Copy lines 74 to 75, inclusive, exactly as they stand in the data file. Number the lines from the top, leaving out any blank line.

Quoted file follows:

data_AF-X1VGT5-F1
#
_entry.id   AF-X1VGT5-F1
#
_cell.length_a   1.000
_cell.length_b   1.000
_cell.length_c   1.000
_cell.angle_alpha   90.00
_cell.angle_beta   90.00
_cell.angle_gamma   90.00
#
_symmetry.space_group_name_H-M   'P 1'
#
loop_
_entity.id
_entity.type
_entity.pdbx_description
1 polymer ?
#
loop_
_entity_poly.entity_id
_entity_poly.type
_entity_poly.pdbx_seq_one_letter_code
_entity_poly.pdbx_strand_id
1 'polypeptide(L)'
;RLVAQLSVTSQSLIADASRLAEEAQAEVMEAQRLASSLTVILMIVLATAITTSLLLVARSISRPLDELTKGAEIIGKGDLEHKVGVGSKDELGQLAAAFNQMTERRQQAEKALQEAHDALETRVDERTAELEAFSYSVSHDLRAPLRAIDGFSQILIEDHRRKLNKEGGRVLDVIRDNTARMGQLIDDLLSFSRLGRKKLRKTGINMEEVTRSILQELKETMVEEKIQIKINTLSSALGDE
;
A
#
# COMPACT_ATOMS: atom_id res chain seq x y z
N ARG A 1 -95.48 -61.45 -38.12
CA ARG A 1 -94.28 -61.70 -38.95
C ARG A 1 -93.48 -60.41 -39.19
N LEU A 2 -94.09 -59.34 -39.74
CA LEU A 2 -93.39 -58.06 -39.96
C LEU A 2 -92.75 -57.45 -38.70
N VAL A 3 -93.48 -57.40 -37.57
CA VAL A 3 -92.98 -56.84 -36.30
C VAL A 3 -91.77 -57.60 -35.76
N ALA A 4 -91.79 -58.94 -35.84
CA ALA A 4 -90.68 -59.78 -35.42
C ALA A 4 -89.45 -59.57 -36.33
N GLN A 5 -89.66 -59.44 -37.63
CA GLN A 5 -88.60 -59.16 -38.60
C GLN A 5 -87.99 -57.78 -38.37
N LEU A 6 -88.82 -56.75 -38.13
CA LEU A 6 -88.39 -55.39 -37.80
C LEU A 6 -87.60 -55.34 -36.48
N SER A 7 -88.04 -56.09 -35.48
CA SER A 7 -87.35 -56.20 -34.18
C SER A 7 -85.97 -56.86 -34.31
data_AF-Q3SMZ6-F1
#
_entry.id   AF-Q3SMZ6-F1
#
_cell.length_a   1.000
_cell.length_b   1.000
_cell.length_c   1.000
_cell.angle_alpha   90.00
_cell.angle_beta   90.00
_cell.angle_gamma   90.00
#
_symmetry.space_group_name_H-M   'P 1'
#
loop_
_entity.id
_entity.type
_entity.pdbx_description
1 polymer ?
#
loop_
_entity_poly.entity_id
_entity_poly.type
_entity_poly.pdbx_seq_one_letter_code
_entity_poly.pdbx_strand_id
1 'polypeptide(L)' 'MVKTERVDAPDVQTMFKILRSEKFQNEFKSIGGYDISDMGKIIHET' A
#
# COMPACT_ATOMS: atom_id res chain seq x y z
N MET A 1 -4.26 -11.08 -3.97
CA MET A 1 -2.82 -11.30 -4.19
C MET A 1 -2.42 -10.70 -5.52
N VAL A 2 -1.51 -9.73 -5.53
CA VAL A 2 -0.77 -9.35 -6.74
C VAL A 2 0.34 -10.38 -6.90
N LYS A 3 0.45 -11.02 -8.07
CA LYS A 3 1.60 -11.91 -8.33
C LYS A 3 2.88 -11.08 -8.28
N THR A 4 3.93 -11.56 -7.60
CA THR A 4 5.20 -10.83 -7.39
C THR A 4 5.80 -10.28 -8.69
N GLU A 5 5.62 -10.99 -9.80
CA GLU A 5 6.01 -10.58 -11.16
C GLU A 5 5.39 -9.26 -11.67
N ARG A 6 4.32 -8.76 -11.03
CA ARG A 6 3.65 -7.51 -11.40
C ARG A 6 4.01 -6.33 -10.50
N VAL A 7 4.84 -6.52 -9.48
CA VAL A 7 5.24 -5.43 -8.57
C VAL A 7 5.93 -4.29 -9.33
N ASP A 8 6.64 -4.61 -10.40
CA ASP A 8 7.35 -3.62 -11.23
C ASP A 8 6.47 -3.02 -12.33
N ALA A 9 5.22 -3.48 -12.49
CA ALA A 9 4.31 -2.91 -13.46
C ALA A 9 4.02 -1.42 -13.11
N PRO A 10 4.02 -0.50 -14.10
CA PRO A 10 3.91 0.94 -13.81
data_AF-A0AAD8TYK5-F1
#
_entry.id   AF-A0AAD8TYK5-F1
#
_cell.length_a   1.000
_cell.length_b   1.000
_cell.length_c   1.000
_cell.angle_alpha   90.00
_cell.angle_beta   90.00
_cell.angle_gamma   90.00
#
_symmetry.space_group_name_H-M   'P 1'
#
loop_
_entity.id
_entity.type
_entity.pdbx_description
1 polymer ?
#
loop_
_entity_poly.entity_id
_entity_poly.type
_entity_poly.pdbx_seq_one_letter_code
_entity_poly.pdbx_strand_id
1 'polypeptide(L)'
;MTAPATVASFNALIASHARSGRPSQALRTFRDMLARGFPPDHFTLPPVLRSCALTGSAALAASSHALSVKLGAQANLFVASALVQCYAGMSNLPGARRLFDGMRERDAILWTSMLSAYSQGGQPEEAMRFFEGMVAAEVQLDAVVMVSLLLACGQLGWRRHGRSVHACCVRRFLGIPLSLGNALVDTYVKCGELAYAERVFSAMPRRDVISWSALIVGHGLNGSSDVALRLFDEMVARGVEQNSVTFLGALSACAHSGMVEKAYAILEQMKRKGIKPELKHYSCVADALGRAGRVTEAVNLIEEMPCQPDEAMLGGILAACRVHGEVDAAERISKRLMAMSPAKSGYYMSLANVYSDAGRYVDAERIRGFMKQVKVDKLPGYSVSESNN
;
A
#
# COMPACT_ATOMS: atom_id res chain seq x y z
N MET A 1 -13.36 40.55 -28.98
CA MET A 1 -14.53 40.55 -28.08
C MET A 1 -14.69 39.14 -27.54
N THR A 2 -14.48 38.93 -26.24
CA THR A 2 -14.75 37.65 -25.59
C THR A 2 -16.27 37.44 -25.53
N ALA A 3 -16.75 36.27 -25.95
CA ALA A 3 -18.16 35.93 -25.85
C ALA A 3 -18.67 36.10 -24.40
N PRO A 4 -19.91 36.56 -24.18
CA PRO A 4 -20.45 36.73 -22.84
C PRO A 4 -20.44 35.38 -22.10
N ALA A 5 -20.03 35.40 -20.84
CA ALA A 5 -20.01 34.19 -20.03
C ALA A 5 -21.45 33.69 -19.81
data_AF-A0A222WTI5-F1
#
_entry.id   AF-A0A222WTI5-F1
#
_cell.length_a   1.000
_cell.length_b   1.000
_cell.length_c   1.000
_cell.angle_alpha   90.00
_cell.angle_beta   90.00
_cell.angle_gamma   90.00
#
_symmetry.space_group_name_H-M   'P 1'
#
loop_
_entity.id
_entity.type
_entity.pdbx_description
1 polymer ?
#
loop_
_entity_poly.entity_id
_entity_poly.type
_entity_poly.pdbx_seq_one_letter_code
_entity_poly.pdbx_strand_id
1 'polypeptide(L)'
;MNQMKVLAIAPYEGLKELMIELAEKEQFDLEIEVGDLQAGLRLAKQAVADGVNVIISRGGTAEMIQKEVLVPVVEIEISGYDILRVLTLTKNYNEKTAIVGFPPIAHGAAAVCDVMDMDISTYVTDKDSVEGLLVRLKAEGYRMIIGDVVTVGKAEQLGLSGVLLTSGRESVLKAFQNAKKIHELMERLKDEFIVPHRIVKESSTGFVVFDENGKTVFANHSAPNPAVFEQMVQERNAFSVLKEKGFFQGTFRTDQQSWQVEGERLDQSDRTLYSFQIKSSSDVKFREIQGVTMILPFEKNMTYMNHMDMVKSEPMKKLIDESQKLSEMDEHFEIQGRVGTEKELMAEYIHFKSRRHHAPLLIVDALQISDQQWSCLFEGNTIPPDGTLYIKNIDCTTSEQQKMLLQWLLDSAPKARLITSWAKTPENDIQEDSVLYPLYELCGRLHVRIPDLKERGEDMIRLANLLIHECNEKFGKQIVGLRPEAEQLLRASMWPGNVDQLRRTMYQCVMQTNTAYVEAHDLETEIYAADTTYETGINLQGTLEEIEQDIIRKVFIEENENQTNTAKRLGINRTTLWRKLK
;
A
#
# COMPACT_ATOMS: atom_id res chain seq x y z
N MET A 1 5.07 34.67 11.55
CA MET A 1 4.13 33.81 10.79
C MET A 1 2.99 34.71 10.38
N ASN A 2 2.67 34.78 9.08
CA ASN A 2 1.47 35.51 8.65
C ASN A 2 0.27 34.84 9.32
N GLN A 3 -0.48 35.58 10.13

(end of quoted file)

_entity_poly.pdbx_seq_one_letter_code
_entity_poly.pdbx_strand_id